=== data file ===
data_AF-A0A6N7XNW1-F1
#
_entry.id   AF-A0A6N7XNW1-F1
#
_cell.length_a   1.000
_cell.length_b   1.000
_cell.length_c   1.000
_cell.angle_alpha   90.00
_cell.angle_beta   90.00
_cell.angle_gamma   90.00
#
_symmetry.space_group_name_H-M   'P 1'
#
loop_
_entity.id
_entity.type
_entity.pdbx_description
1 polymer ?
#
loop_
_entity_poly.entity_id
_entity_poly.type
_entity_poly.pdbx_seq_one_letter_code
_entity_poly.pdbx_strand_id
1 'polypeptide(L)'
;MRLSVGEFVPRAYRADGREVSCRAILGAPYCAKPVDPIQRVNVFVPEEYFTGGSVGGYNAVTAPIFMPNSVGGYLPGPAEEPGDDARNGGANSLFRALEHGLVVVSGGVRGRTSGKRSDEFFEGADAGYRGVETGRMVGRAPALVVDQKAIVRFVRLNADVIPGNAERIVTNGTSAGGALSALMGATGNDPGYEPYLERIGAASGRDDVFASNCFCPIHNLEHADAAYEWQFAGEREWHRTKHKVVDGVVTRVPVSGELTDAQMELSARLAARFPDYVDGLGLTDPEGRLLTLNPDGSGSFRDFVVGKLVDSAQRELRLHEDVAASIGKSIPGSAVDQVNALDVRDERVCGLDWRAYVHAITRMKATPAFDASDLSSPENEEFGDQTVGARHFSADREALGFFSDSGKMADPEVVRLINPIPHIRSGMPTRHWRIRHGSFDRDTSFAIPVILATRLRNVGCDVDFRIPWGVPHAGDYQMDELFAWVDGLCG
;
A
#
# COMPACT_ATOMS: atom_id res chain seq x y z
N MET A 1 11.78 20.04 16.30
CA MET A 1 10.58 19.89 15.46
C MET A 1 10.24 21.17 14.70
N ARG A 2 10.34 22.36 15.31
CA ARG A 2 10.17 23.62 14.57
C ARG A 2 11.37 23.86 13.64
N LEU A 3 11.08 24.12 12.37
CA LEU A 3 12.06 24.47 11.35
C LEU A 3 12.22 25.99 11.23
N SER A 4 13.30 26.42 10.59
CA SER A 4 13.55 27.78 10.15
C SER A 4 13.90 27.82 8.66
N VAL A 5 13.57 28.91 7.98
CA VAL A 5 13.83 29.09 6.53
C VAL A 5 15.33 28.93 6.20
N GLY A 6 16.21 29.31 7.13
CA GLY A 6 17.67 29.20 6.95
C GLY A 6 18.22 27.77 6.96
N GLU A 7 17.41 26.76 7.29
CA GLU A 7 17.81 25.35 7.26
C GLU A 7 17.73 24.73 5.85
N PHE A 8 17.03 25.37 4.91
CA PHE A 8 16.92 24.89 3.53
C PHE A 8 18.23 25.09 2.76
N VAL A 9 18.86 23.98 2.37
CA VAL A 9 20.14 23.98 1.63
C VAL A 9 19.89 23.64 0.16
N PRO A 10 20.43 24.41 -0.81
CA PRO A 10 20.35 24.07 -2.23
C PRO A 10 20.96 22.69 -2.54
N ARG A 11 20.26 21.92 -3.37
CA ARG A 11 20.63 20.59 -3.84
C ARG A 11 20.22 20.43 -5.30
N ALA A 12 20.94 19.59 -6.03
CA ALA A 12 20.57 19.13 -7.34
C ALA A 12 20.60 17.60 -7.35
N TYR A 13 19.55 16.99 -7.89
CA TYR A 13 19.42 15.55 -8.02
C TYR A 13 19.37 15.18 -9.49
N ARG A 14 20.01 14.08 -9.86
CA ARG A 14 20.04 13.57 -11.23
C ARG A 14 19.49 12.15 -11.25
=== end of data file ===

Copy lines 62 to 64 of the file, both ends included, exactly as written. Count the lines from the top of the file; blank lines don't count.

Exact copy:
CA ARG A 11 20.63 20.59 -3.84
C ARG A 11 20.22 20.43 -5.30
N ALA A 12 20.94 19.59 -6.03